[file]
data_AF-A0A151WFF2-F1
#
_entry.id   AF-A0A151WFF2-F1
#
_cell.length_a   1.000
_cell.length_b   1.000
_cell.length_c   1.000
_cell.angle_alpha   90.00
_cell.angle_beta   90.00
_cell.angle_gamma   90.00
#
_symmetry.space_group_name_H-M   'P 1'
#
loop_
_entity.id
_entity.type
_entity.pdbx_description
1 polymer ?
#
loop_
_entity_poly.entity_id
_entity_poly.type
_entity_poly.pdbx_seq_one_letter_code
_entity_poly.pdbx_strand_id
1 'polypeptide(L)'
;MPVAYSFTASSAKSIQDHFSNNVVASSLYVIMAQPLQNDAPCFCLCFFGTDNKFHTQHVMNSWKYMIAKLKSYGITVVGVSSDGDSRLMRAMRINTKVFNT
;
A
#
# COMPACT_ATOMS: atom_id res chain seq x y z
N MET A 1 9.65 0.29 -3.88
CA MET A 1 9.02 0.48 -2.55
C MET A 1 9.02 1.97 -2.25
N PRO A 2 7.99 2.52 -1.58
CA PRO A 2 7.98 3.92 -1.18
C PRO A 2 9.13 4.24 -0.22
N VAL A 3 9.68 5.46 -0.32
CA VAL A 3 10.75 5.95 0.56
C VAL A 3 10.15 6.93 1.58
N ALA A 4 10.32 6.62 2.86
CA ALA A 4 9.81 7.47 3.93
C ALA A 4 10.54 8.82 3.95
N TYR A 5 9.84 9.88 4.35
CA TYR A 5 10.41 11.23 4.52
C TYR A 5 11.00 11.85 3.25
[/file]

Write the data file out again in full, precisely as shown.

data_AF-A0A151WFF2-F1
#
_entry.id   AF-A0A151WFF2-F1
#
_cell.length_a   1.000
_cell.length_b   1.000
_cell.length_c   1.000
_cell.angle_alpha   90.00
_cell.angle_beta   90.00
_cell.angle_gamma   90.00
#
_symmetry.space_group_name_H-M   'P 1'
#
loop_
_entity.id
_entity.type
_entity.pdbx_description
1 polymer ?
#
loop_
_entity_poly.entity_id
_entity_poly.type
_entity_poly.pdbx_seq_one_letter_code
_entity_poly.pdbx_strand_id
1 'polypeptide(L)'
;MPVAYSFTASSAKSIQDHFSNNVVASSLYVIMAQPLQNDAPCFCLCFFGTDNKFHTQHVMNSWKYMIAKLKSYGITVVGVSSDGDSRLMRAMRINTKVFNT
;
A
#
# COMPACT_ATOMS: atom_id res chain seq x y z
N MET A 1 9.65 0.29 -3.88
CA MET A 1 9.02 0.48 -2.55
C MET A 1 9.02 1.97 -2.25
N PRO A 2 7.99 2.52 -1.58
CA PRO A 2 7.98 3.92 -1.18
C PRO A 2 9.13 4.24 -0.22
N VAL A 3 9.68 5.46 -0.32
CA VAL A 3 10.75 5.95 0.56
C VAL A 3 10.15 6.93 1.58
N ALA A 4 10.32 6.62 2.86
CA ALA A 4 9.81 7.47 3.93
C ALA A 4 10.54 8.82 3.95
N TYR A 5 9.84 9.88 4.35
CA TYR A 5 10.41 11.23 4.52
C TYR A 5 11.00 11.85 3.25